– Jeff Fritz
    Commented Apr 16, 2009 at 15:32
  • 3
    This is not really a solution to the question and seems like a pretty questionable thing to do anyway.
    – Pat O
    Commented Nov 22, 2010 at 14:17

Have you considered using the cygwin layer? See this link.


Now msysGit supports git daemon ! It works fine (for me at least). I gonna try to make it run as service...


SCM Manager

  • Lightweight http-server for Git, Mercurial, Subversion repos from a box (only Java is needed)
  • Web-interface for management of users, ACLs, repos

On Windows, you can also serve Git repositories with Apache over HTTP or HTTPS, using the DAV extension.

The Git repository path can then be protected with Apache authentication checks such as restricting to certain IP addresses or htpasswd/htdigest type authentication.

The limitation of using htpasswd/htdigest authentication is that the username:password is passed in the requested Git URL, so restricting access to the Git URL to certain IP addresses is better.

Edit: Note, you can leave the password out of the Git URL and Git will prompt you for the password on push and fetch/pull instead.

Using HTTPS means all the data is encrypted in transfer.

It's easy enough to set up, and works.

The following example shows the combination of access control by IP address and user:password over standard HTTP.

Example Apache Virtualhost

<VirtualHost *:80>

  ServerName git.example.com
  DocumentRoot C:\webroot\htdocs\restricted\git
  ErrorLog C:\webroot\apache\logs\error-git-webdav.log

    <Location />
      DAV on
      # Restrict Access
      AuthType Basic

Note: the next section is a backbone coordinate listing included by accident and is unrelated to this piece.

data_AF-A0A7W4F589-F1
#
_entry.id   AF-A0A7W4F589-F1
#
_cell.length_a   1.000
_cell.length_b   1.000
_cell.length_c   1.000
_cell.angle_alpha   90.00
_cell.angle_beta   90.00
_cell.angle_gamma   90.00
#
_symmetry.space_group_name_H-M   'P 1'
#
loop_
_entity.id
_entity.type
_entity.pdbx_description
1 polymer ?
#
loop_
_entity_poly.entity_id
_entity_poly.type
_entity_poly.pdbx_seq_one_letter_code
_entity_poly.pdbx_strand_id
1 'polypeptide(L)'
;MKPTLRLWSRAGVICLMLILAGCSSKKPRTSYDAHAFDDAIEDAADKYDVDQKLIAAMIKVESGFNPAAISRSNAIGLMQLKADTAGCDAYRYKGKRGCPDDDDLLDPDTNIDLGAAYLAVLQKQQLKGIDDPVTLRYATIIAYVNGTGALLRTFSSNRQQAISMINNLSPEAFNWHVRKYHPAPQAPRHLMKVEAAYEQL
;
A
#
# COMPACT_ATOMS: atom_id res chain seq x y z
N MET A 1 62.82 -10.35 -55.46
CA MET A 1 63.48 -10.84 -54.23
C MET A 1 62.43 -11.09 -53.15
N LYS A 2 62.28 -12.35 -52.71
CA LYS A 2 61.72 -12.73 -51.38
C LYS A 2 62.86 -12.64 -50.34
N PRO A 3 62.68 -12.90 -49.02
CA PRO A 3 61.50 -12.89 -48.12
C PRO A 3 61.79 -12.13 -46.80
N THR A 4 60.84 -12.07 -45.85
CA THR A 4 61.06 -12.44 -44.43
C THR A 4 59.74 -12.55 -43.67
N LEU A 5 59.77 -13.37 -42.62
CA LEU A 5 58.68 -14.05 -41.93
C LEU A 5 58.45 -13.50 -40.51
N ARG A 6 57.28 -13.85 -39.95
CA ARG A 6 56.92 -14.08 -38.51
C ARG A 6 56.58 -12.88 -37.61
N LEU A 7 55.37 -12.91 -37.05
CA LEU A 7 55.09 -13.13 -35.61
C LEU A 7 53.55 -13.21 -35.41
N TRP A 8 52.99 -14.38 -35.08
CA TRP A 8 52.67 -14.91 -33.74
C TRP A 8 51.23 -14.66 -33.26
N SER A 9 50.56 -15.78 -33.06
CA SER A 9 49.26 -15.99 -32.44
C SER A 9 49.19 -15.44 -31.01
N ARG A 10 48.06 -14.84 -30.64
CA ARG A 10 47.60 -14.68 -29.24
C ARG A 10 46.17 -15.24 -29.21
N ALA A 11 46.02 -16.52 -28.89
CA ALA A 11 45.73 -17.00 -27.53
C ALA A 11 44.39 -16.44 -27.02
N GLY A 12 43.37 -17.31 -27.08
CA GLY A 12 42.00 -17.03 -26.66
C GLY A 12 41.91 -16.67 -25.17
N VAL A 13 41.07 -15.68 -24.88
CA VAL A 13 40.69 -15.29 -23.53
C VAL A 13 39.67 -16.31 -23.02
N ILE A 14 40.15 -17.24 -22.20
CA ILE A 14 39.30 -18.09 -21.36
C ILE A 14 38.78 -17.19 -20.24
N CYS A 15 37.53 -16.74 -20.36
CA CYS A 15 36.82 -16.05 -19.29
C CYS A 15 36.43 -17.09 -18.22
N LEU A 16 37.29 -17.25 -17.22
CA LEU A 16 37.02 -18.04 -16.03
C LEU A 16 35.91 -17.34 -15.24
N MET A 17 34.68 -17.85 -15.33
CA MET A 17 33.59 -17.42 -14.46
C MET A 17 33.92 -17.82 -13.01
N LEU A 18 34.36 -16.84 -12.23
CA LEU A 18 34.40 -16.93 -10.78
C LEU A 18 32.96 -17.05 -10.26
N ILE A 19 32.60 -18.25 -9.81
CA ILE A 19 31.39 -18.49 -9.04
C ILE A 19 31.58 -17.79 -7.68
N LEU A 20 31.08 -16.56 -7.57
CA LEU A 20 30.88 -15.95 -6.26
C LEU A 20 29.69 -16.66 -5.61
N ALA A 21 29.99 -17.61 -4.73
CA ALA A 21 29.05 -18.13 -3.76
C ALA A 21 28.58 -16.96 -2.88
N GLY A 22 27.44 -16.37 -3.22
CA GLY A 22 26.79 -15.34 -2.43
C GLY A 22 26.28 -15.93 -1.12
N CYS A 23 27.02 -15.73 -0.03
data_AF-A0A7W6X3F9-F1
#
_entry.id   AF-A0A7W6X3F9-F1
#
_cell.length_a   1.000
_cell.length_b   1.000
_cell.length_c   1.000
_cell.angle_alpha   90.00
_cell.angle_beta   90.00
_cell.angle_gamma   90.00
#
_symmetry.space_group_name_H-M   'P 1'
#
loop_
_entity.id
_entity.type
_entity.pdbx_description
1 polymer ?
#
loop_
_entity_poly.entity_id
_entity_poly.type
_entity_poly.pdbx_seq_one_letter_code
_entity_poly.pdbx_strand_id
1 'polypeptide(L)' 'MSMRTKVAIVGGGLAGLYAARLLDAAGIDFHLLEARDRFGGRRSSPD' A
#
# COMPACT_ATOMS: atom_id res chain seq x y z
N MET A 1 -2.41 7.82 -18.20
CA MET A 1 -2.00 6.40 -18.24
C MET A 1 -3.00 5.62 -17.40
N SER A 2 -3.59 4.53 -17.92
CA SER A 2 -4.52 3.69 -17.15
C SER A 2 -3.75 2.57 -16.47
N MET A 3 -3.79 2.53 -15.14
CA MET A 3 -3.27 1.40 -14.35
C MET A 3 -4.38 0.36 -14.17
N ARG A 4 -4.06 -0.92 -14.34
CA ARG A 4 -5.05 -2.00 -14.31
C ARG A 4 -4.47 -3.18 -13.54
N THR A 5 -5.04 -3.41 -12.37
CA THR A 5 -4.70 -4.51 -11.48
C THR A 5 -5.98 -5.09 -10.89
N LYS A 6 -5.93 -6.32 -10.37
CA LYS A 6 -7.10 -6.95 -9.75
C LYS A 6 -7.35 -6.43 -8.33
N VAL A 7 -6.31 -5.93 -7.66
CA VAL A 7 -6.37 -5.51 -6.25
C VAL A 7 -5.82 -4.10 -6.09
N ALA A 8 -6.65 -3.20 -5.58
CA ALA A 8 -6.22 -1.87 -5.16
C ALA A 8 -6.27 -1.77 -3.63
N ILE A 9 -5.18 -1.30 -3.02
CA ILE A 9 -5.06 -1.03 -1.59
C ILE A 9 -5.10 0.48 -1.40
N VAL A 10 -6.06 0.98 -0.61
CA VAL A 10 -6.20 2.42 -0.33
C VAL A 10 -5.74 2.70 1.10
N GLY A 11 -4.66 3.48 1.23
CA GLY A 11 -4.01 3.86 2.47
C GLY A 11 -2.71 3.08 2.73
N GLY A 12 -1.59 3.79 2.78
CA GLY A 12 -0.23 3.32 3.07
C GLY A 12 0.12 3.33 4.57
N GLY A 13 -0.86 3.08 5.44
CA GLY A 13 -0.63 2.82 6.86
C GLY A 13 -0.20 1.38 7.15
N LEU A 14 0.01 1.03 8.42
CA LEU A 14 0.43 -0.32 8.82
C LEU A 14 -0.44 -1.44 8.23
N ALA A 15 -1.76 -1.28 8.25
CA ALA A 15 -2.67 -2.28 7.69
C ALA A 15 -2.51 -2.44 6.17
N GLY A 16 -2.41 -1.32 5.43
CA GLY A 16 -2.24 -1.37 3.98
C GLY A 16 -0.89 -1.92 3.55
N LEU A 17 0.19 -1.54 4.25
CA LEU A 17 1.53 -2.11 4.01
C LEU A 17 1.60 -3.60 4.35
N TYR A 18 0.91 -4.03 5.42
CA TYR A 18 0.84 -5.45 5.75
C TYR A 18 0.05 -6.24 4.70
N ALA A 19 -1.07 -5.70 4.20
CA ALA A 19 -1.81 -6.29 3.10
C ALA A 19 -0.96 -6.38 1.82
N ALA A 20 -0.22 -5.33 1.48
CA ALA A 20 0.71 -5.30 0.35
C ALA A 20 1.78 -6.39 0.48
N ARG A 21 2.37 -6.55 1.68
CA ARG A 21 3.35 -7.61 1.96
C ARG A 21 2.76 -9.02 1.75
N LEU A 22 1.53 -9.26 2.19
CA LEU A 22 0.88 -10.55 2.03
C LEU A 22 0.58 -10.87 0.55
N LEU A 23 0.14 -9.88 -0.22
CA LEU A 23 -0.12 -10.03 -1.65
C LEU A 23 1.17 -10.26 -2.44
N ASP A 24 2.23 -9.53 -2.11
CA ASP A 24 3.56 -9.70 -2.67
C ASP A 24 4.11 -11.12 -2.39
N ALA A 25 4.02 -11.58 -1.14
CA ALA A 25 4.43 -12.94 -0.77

AuthName "Restricted Area"
      AuthUserFile "C:\webroot\apache\conf\git-htpasswd"
      # To valid user
      Require valid-user
      # AND valid IP address
      Order Deny,Allow
      Deny from all
      # Example IP 1
      Allow from 
      # Example IP 2
      Allow from 
      # Require both authentication checks to be satisfied
      Satisfy all


Example .git/config

    repositoryformatversion = 0
    filemode = true
    bare = false
    logallrefupdates = true
[remote "origin"]
    fetch = +refs/heads/*:refs/remotes/origin/*
    url = http://username:[email protected]/codebase.git
[branch "master"]
    remote = origin
    merge = refs/heads/master

At work I'm using GitBlit GO installed on a Windows Server. Work flawlessly and integrate well with ActiveDirectory for user authentication and authorization. It is also free and opensource (Apache licensed)

GitBlit homepage

Only HTTP(S) access is supported, no SSH, but under Windows you shouldn't need anything more.

  • They do have SSL (HTTPS) support based on the setup document on the site.
    – Dandré
    Commented Nov 28, 2013 at 10:09
  • Yes, HTTP and HTTPS are supported (I'm using HTTPS exclusively) but no SSH. Response updated.
    – Gian Marco
    Commented Nov 29, 2013 at 17:43

this is a 2015 answer to a question that is over 7 years old.

For $10 one time payment, from https://bitbucket.org/product/server, one can purchase a 64-bit Windows licence for up to 10 users.

Apparently 32-bit versions are only available via their archive.

Bitbucket Server was previously known as Stash.

Please note that i have not tried this version but $10 seems like a good deal; here i read that Atlassian gives the $10 to charity. FWIW


I think what Henk is saying is that you can create a shared repository on a drive and then copy it to some common location that both of you have access to. If there is some company server or something that you both have ssh access to, you can put the repository someplace where you can SCP it back to your own computer, and then pull from that. I did this for my self a little while, since I have two computers. It's a hassle, but it does work.

  • 2
    "short of sharing folders", says the original question. Commented Feb 26, 2011 at 13:59

For Windows 7 x64 and Cygwin 1.7.9 I needed to use /usr/bin/gitd as the args argument of cygrunsrv

cygrunsrv   --install gitd                          \
            --path c:/cygwin/bin/bash.exe           \
            --args /usr/bin/gitd                    \
            --desc "Git Daemon"                     \
            --neverexits                            \

Also, I needed to run bash as an Administrator to install the service.